I believe that we may be at the beginning of a major transition in which Canada passes from the American sphere of orbit and enters the Chinese one. I realize it sounds ridiculous, given our shared border and all, but Canada has changed its allegiance before — from France to Britain to America — and the Americans don’t seem terribly bothered yet by the Chinese acquisition of Canada. We’d better hope it’s a smooth transfer of power. The alternative is to end up like Poland, circa 1939.

Why Mulcair is winning


By Montreal Simon

OK. So I was wrong.

When Christy Clark became the latest Con stooge to denounce Thomas Mulcair,  for simply pointing out that the Dutch Disease is killing our manufacturing sector, I said it could only mean one thing.

Big Oil and its Con puppets were scraping the bottom of the barrel.

But I forgot I was living in the sinister petro state of Harperland.

Where the bottom of the dirty oil barrel goes all the way to China.

And I forgot about the Con Senate, and particularly Pamela Wailin’ . . .

“This is a cheap political ploy to pit eastern citizens against those in the West. Will Mulcair next attack the lentil business, the wheat and grain producers who have long fed the world — or perhaps the potash industry that allows the poor to bolster their depleted farmland in overpopulated areas?

“It’s time for Mulcair to act like a Canadian.”

And that like the Con turkey Mike Duffy, Wallin is capable of saying ANYTHING.

I mean can you believe that? As if Big Lentil is as dangerous as Big Oil. As if Mulcair wasn’t right. As if telling the truth was a crime.

These diatribes against anyone who even acknowledges potential downsides or side effects of the bitumen boom seem to herald a new, dangerous tendency in Canada’s political culture. Opposing a bitumen-exporting pipeline in Canada these days makes you a foreign-financed subversive. And it seems that questioning the economic effects of the bitumen export strategy makes you equally seditious. I call this “energy McCarthyism,” and it should be rejected forcefully not just by those concerned with Canada’s de-industrialization and staples dependency, but by those worried about the quality of our democracy.

As if those Cons weren’t selling us out to foreign interests. As if Albertans haven’t been screaming at those damn Easterners for 40 years over the National Energy Program. Which did to Alberta what Harper’s oil pimp policies are doing to the rest of Canada.

Which explains why the Cons and the other Big Oil stooges are attacking Mulcair like piranhas. They know a killer issue when they see one. But why is Stephane Dion joining in the feeding frenzy?

Stéphane Dion, the former Liberal leader, says he turned down a proposal from advisors to accuse Prime Minister Stephen Harper of favouring Alberta and the oil sands industry during the 2008 election campaign because he feared it would harm national unity.

He said Mr. Mulcair is effectively “giving up” on much of Western Canada and, if he forms a government in 2015, risks having little or no representation from provinces like Alberta and Saskatchewan in his Cabinet.

Oh boy. When will he ever learn…


What Thomas Mulcair understands so well. He doesn’t have to win any seats in Alberta or Saskatchewan. All he has to do is win most of the seats in Ontario, British Columbia, and Quebec, and he will BURY the Cons in the Tar Sands.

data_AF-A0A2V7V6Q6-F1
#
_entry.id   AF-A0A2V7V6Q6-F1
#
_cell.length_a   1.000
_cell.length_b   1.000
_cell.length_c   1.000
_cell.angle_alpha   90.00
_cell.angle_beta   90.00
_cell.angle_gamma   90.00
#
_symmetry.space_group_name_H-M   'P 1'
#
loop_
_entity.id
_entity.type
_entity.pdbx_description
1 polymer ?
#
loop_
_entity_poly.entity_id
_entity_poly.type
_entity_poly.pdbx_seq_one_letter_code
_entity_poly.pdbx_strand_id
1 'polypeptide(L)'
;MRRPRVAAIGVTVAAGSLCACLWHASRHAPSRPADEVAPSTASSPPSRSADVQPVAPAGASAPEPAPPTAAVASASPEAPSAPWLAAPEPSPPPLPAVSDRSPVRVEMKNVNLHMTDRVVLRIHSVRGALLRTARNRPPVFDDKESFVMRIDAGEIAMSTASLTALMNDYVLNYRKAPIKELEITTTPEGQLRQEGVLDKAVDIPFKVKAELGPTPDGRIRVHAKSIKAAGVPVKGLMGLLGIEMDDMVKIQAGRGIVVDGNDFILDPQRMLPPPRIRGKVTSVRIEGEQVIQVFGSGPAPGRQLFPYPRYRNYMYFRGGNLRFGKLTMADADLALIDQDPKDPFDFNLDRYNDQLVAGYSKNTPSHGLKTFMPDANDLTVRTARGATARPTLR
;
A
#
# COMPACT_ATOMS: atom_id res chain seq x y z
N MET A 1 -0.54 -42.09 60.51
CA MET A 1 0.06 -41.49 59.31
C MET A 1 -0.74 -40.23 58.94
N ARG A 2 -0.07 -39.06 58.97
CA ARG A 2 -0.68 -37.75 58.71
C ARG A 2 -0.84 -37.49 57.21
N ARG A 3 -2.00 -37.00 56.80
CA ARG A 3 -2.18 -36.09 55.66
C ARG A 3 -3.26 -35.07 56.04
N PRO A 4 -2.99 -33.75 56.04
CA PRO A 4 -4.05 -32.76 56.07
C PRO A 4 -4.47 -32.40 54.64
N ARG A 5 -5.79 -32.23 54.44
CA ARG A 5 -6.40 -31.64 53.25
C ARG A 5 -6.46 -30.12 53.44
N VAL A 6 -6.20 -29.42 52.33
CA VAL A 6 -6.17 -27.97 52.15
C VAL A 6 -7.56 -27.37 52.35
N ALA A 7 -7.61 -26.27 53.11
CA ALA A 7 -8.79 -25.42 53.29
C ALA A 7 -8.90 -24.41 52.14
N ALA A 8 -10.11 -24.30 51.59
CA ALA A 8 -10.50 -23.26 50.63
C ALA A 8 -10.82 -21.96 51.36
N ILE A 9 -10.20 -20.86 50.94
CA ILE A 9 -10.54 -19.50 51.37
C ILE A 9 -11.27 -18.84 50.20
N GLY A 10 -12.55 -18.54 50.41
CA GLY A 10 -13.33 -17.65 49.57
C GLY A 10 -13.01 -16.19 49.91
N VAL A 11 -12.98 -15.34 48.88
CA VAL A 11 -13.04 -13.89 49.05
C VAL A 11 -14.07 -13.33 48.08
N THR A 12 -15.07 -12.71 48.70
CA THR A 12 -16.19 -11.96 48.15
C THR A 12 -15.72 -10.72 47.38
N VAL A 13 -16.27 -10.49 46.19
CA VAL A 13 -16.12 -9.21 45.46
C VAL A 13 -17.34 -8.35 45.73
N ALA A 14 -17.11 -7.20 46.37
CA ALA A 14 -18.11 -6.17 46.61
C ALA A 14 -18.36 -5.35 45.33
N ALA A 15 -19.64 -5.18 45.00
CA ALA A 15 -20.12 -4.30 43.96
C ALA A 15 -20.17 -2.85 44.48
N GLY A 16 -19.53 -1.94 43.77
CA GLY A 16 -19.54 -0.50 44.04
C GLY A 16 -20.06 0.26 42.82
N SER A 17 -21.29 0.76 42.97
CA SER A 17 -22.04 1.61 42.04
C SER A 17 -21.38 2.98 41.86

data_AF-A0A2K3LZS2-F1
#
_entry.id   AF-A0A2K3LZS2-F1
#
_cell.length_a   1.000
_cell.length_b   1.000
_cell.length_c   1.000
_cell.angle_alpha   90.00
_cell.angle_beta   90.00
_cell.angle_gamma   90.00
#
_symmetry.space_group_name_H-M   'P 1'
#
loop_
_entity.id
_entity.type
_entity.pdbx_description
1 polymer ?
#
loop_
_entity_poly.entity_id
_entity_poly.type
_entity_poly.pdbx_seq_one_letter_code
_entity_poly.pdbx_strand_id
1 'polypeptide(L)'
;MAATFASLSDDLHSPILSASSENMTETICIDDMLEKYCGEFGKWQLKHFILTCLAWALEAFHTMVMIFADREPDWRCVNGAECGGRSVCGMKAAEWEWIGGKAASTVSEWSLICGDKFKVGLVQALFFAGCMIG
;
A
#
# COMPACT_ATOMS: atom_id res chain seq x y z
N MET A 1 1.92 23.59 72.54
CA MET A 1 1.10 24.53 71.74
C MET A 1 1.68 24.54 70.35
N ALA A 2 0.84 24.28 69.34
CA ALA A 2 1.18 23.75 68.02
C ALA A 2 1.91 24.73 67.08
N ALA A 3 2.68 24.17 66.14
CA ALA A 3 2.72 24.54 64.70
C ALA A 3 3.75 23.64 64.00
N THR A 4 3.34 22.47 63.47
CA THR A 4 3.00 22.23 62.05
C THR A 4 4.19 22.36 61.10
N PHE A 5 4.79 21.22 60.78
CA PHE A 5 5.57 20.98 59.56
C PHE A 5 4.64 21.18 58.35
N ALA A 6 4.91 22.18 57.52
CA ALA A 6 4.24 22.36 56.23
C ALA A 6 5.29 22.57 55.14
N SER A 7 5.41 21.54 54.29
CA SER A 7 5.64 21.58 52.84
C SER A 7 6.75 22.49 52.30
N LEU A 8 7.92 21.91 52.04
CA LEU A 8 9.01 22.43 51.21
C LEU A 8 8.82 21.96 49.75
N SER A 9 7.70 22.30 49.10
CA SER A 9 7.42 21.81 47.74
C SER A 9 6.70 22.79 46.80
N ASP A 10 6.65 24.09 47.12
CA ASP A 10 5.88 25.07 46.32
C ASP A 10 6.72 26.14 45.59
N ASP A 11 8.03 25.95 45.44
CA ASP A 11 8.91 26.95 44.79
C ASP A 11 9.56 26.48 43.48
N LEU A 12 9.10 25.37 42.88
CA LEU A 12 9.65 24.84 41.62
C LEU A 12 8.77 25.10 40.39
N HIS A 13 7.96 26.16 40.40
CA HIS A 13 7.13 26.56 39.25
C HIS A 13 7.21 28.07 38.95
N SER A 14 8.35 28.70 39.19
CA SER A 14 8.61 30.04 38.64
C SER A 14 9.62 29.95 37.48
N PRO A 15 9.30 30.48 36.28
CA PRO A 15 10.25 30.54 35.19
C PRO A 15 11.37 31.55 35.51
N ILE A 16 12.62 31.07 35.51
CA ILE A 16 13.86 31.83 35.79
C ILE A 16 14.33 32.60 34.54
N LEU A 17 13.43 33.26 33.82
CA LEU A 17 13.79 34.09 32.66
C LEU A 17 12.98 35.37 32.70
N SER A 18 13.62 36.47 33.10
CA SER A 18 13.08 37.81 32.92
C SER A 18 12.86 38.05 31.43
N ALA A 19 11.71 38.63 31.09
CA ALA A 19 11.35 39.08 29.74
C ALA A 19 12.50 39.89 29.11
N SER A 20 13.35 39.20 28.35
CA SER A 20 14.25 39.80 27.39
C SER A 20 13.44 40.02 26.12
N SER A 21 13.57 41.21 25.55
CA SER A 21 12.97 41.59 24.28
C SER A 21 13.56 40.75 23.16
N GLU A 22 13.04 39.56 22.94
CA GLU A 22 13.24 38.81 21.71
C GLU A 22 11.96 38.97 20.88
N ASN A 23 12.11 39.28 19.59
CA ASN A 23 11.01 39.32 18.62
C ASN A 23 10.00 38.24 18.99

Which is one of the reasons he’s looking like a winner, and thanks to people like Stephane Dion, the Liberals are going nowhere.

Liberal support in Canada is steadily slipping as the New Democrats and Tories continue to battle for the top spot, the results of an exclusive poll for Global News indicate.

While the Grits may say that their troubles lie in finding the right candidate to lead the party, Ipsos Reid’s Darrell Bricker suggests the party may be losing a distinct voice in the political arena.

“The problem they’ve got is that they’re having a hard time finding their place in a debate about economic issues,” Bricker told Global News.

Yup. Mulcair is ruthless, the kind of leader these times demand. 

He has found a mighty issue, the truth is on his side. That’s why the Cons are running scared.

For 40 years Alberta used regional alienation like a blunt weapon.

Now it’s our turn . . .

Minister Oliver goes oil drumming


keystone-pipelineBy Alison@Creekside

While in Washington oildrumming up K-XL support with US senators on tuesday, Natural Resources Minister Joe Oliver plumped for the Keystone XL pipeline in his keynote address to the 4th Annual United States Energy Association (USEA) Energy Supply Forum.

Here is the quote chosen by Natural Resources Canada “for broadcast use”:

“The future of North America’s economy and our national security is inextricably tied to energy,” said Minister Oliver. “Clearly, it is in both of our interests to ensure that our future oil supply remains stable, secure and developed in an environmentally responsible way.”

Our future oil supply? Really, Joe?

We’re still going with the tarsands = North American security model?

For starters, Canada imports half of its oil for domestic use — over a million barrels per day — from various “conflict oil” states, while exporting 65% of its “ethical oil” tarsands crude to the US.

Dear Joe: How does the K-XL proposal to export tarsands — owned in part by the Chinese state — to Texas to be refined by Saudi’s Aramco refinery in a Foreign Trade Zone [read: no import/export duties or taxes] so that it can then be shipped off to Europe and Latin America have anything to do with “our national security”?

Exporting Energy Security: Keystone XL Exposed